Thu 25 Feb 2010
In an effort to eat healthier, Mike and I have been hitting up a string of sushi haunts in and around DC. That there is such a palette of sushi options – each with a distinct experience and take on the cuisine - is a great testament to the mainstreaming of sushi in America.
Current: Sushi and Ooonce Ooonce by the Ounce
I stepped into Current and immediately thought I was in the wrong place. Had I stumbled into a skinny jean-eyeliner convention? Music pulsed through the moodlit restaurant where the bar and all available tables were bumping along with it, even on a cold Tuesday night.
Current took up residence where Dragonfly, a sleek lounge, used to be and it seems that the remodelers had to work around the clientele who never left. The scene still focuses on the club/lounge element but serves its bold and beautiful patrons light fare such as sushi and a handful of other Asian-themed dishes. We split a dish of crunchy seaweed salad nicely balanced with a citrus zest. The vegetable and shrimp, served with a light lime-ginger sauce, come with a surprsingly delicate wrapper, succeeding with a light touch where many kitchens go thick and gluey. Sushi was decent but standard fare. The standout dish was a curious combination of tuna, fresh mozzarella, and asparagus – a surprisingly fresh flavor trio.
Current isn’t in the running to be a regular sushi haunt for us but it is worth a try. I can see it playing the perfect platform for dinner before an upscale girls night out.
Momo Sushi: New Favorites in Old Town
Momo Sushi, on the other hand, is fast tracking its way to our new favorite sushi destination. It features exactly the perfect qualities that draw us in: fresh, creatively prepared fish, relaxed atmosphere, off-the-beaten path location and friendly service that recognizes a repeat customer. Momo Sushi, slipped into a narrow townhouse in Queen Street, is several blocks away from the most well-worn sidewalks of Old Town.
More on Momo and Sushi-Ko after the jump!
Momo doesn’t need to rely on creative rolls to win repeat business. Their fish is fresh and top quality – thanks to the other family business: a fish importer based in Maryland – and the rice always has the perfect balance of vinegar to keep the flavors aligned. Our list of favorite rolls is growing but we keep finding room in our bellies for a new taste. On busy nights when the wait is particularly long the chefs often hand out a special bite to tide us over – a minced spicy salmon served on a thin slice of cucumber. Hot, cool, silky, and crunchy all in one bite.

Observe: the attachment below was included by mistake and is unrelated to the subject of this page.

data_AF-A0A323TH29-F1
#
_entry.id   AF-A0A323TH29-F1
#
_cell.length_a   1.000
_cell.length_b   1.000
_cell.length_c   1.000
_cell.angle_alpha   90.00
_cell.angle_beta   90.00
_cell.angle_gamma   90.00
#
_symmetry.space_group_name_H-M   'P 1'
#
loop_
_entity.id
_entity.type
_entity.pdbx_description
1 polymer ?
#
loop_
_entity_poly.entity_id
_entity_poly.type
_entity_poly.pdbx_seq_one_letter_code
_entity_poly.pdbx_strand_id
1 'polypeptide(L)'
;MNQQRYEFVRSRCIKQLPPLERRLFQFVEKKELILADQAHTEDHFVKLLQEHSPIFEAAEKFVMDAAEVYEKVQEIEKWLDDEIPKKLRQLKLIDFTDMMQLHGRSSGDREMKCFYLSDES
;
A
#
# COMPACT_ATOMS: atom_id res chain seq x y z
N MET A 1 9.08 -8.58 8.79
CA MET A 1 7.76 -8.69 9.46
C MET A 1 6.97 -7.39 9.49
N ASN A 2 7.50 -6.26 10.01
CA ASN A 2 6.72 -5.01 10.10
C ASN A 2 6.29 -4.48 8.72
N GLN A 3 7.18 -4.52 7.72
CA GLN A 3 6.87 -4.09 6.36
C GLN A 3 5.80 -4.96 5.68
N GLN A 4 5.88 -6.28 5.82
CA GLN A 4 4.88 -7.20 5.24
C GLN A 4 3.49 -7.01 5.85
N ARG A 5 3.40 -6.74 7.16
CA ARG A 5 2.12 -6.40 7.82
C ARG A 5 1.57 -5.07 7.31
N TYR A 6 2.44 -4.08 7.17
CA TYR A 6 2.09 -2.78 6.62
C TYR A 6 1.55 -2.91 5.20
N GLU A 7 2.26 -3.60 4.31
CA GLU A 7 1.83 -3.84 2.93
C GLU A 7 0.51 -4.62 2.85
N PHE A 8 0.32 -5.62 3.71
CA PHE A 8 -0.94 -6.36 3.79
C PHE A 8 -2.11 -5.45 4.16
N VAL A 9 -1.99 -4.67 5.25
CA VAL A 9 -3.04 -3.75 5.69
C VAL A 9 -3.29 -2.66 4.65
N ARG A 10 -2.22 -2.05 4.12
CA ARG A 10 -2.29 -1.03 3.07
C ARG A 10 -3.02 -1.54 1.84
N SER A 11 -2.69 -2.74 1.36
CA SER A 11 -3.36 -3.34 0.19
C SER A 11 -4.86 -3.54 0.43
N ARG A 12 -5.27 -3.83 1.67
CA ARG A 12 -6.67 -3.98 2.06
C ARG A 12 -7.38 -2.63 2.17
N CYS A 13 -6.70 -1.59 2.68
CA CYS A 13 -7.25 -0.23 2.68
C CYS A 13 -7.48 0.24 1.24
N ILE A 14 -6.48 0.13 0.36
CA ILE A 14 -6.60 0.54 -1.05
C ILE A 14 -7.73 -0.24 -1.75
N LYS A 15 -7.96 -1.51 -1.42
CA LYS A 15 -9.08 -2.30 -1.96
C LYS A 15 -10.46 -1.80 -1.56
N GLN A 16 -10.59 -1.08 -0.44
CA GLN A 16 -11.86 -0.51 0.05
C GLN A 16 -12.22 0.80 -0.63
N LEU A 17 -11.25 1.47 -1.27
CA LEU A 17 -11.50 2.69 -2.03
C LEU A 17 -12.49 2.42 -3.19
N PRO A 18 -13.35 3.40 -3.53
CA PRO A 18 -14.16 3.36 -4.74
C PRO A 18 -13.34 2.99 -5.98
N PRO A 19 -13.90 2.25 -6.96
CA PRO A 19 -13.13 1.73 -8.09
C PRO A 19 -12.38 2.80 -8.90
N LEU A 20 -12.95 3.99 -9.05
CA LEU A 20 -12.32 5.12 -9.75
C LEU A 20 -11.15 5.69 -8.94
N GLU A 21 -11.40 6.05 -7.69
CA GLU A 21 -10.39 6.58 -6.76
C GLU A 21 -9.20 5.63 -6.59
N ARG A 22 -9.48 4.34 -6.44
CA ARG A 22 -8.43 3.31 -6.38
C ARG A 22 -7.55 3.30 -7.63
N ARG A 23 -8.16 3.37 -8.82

Sushi-Ko: The Papa Bear
Sushi-Ko in Glover Park (with an additional location in Chevy Chase) boasts that it is the “oldest sushi restaurant in DC.” While I’m not a fan of tethering the words “old” and “sushi” together in a sentence, this is probably worth bragging about. Sushi-Ko has long bannered the gold standard of sushi in the DC area mixing quality options (real shaved wasabi is available on special order), prompt service, and an almost romantic atmosphere. The emphasis here is on almost. Sushi Ko is a nice location for a date if you’re willing to test his/her sense of humor on the proximity to The Good Guys. Word to the wise: Tables on the ground floor, while less plentiful, are preferable. The second floor is in desperate need of a facelift.
Still, none of this detracts from the detailed preparation of classic dishes with some unique appetizers. I began a recent meal there with a steaming bowl of mushroom soup. The rich, woodsy fungi filled me just enough to soothe my hunger pangs without sating me for the rest of the meal while its broth delivered more delicate flavors than I would have anticipated.
We were further delighted by the main courses, including a toro and scallion melt-in-your-mouth number that had us oohing and aahing until the last bite was devoured. Service hit the perfect note throughout the meal: understated and attentive. Recommendations were happily given, hot tea was refilled without fanfare or needed request, and check ins were low key but available. It’s no wonder the restaurant has survived the ups and downs of this business for so many years.